The connection between the three thematic services is related to the challenge of Open Science and similar needs in the management and visualisation of data, for example in the generation of multidimensional maps and in the creation of image mosaics. A key activity is to identify the commonalities between the sectors and provide "transversal services", designed to be used in the project and reused by future services, even in disciplines that are only apparently very distant. For example, data visualisation and mapping services or the classification of particular patterns in images using Deep Learning could be of interest to communities such as bioinformatics and medicine.

  • At NEANIAS, the management team and many tasks are led by women. Do you think that the representation of women in science and research is sufficiently achieved?

Women are still underrepresented in science, technology, engineering and maths (STEM), and men vastly outnumber women majoring in most STEM fields in college. The gender gaps are particularly high in some of the fastest-growing and highest-paid jobs of the future, like computer science and engineering.  This is also reflected in the NEANIAS  project, there is  a 26% of women in research  but it is important to highlight that many WP leaders (like in Space, Underwater and Innovation) are very qualified women  and the project manager and the principal investigator are two women professionals, highly focused and motivated.

  • After 2 years of NEANIAS life, what’s your view about the progress and achievements?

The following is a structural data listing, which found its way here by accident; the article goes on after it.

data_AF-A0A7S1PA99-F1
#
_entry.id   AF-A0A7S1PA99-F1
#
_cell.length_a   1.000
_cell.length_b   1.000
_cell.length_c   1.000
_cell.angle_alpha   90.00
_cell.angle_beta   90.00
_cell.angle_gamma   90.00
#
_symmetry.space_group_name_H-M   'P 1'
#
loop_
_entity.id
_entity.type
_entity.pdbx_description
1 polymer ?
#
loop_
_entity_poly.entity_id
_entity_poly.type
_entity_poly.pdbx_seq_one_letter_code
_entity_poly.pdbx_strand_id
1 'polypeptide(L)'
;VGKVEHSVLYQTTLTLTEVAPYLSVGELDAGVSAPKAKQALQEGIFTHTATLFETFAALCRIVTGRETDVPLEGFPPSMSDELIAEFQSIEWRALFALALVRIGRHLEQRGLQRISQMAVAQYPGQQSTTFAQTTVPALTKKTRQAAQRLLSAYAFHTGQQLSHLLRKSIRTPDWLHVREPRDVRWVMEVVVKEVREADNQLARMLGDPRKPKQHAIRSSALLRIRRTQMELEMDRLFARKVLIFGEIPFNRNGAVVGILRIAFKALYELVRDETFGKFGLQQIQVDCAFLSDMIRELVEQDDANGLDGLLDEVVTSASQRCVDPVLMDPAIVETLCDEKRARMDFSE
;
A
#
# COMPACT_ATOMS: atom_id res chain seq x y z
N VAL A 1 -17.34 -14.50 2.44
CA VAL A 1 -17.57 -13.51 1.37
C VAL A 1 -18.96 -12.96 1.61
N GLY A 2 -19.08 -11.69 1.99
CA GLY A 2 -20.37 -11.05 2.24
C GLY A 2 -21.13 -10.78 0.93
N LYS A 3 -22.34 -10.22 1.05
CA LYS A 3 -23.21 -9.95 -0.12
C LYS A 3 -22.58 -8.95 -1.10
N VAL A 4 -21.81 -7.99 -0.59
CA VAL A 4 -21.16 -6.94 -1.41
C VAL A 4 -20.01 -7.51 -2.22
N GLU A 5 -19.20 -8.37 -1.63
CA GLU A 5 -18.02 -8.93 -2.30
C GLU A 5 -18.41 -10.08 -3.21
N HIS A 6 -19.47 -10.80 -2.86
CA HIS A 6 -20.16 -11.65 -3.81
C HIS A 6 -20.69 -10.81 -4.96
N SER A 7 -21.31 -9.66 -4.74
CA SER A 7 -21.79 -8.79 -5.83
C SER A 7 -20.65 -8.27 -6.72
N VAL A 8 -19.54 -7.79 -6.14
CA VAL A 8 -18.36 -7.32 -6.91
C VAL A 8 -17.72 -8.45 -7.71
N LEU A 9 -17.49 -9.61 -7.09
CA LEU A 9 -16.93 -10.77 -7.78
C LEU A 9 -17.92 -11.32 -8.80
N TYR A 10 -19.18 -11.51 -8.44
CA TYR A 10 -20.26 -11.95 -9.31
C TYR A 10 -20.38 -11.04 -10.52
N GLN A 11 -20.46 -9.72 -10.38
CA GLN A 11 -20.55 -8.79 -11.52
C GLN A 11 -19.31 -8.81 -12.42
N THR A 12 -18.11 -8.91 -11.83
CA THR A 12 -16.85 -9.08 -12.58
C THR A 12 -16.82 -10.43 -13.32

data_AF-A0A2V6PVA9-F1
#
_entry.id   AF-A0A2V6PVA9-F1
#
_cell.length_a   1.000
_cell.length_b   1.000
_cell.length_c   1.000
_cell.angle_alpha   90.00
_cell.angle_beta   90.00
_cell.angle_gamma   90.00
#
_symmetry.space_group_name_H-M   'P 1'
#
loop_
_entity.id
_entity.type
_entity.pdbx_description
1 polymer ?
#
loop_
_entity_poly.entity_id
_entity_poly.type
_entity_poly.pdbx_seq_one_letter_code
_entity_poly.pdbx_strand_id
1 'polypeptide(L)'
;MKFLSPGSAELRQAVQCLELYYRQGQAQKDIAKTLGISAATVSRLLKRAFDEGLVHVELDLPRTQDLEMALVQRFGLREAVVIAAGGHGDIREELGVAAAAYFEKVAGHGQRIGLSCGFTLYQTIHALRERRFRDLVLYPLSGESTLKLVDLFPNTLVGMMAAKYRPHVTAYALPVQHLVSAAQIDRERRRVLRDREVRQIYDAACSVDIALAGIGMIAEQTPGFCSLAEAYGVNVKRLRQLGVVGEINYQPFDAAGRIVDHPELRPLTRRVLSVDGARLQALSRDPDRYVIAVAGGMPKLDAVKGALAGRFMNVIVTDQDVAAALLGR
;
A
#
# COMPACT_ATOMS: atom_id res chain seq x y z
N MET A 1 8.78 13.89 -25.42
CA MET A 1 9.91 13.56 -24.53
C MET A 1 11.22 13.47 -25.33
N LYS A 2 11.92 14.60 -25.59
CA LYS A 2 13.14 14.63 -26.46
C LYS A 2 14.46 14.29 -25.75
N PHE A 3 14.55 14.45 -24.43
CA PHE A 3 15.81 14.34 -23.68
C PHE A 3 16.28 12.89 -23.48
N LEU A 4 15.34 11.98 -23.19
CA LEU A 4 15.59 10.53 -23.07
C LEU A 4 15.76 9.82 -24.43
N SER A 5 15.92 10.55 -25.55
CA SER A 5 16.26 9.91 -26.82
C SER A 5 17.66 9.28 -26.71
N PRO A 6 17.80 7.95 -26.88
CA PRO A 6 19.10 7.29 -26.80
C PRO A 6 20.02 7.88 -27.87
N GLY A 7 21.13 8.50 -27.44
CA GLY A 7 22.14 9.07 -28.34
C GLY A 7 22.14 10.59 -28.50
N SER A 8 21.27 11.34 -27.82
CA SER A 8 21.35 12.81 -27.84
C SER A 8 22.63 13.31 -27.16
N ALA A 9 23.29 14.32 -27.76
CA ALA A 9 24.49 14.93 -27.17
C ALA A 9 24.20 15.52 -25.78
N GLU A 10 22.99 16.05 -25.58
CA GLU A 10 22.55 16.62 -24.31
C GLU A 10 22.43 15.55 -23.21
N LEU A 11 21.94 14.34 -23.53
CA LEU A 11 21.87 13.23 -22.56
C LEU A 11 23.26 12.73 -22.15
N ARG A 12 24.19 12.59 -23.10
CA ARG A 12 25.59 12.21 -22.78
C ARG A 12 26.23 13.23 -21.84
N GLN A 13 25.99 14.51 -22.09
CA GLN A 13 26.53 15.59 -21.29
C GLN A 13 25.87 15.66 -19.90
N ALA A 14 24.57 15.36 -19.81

Less than one year is in front of us  to complete  the project. We successfully presented the mid-term results to the EU commission and we are now finalising the latest release of the services, finalising the onboard to EOSC and designing our plans for sustainability of the developed software, services and products. We have achieved very interesting results already published in  prestigious journals such as Sciacca et al. J Grid Computing 20, 7 (2022) and Riggi et al. Astronomy and Computing 37 (2021)  and presented in the most popular conferences such as EAS, SPIE and ADASS. We are now organising one hackathon (HACK SCIENCE) to involve university students in employing our services and an  international conference (ML4ASTRO) held in Catania to bring together researchers actively involved in the fields of machine learning applications to astrophysics use cases.

  • Finally, any wishes for the future?

My final wish is to keep up working to enlarge and  populate the EOSC ecosystem promoting Open Science and FAIR practices to all scientists and researchers. I am currently involved as  chair of the EOSC Task Force related to  the Technical Interoperability of Data and Services and I wish in the  future science will be easily available  and accessible to everybody thus speeding up the process of making science.

 Thanks Eva for letting us get to know you a little more.


EU Flag  NEANIAS is a Research and Innovation Action funded by European Union under Horizon 2020 research and innovation programme via grant agreement No.863448.